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When people see me on Zoom calls, chairing meetings or speaking, the last thing they think about me is that I am shy. But I am and always will be. Until my early twenties I was paralytically shy, so I wanted to share some ideas on how this can be managed and get you started if this is indeed the case for you. So let’s dive into how to network when you are shy.
Ok, so first things first.
- Being shy does not necessarily mean you are an introvert. I happen to be a shy, introvert, as an example.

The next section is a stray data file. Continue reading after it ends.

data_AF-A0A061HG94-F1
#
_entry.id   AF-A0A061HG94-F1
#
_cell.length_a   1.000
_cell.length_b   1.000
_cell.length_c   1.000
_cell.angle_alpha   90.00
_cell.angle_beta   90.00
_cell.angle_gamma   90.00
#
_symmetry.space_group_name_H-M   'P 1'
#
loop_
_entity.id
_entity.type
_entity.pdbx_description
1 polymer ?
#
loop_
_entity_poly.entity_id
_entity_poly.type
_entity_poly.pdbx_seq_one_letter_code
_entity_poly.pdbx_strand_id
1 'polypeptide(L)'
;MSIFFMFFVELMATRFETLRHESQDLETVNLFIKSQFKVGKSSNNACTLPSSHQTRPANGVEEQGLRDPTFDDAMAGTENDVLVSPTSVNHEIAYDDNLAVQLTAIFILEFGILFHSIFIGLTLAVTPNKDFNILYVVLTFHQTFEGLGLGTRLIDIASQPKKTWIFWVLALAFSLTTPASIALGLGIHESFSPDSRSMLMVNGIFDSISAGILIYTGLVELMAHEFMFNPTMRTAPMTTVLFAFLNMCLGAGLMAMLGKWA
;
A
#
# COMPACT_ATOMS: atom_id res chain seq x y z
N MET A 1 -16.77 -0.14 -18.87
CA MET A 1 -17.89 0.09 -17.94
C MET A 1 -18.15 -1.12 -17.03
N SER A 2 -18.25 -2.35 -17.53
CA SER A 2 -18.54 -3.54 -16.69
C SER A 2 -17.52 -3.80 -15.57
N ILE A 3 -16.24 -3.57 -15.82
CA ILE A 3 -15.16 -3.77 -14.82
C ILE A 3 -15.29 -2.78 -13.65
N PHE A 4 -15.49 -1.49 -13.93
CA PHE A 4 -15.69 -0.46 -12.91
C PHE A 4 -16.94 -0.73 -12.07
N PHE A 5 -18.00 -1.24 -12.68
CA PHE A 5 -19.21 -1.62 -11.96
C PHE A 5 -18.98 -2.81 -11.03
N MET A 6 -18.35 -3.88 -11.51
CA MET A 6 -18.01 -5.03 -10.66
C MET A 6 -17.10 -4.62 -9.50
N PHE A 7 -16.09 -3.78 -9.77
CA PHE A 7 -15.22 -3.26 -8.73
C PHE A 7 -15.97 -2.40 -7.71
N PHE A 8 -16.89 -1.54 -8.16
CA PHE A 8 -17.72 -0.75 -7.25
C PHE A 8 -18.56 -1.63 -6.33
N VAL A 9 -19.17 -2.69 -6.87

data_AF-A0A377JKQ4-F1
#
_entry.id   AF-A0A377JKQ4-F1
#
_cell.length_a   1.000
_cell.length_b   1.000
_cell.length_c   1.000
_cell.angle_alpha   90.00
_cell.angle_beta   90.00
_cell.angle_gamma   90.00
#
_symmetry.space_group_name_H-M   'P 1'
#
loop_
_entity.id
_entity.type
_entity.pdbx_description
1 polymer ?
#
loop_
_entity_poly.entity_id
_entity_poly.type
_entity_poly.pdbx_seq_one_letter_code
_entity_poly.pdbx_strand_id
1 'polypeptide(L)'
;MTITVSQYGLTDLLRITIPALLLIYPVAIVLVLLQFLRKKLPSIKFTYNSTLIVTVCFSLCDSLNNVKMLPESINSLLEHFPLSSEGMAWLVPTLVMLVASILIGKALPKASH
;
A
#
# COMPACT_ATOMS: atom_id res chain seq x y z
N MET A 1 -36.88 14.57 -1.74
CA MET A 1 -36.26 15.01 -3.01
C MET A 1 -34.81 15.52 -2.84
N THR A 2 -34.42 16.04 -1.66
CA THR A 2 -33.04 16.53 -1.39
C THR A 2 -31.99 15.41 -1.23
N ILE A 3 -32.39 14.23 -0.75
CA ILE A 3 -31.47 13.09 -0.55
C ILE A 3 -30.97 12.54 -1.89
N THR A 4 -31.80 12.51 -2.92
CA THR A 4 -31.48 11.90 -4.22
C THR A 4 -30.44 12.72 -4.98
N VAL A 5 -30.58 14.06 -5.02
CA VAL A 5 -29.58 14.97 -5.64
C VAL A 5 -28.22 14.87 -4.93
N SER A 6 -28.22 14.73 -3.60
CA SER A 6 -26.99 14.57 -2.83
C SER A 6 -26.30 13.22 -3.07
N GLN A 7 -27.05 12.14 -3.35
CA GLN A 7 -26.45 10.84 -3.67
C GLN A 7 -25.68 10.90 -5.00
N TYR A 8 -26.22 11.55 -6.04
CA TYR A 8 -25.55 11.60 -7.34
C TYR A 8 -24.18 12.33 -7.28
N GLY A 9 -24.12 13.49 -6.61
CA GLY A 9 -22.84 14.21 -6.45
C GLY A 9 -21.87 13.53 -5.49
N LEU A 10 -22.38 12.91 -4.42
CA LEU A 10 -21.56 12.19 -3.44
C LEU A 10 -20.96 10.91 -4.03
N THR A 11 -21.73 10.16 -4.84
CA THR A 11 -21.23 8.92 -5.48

- Being an introvert and being shy doesn’t necessarily mean you aren’t confident about your area of expertise.
- Extroverts can also be shy.
- Some people fall in the middle of the spectrum and are ambiverts.
I find that people are constantly conflating all of these words around confidence, shyness, being an introvert and associate it with a lack of confidence. There is so much to each aspect of this, so we’ll disect it all over the course of a number of blogs.
Wikipedia’s Definition of Shyness
I thought it best to look up an definition of shyness, if we are going to look at how to network when you are shy. Here is how Wikipedia define it.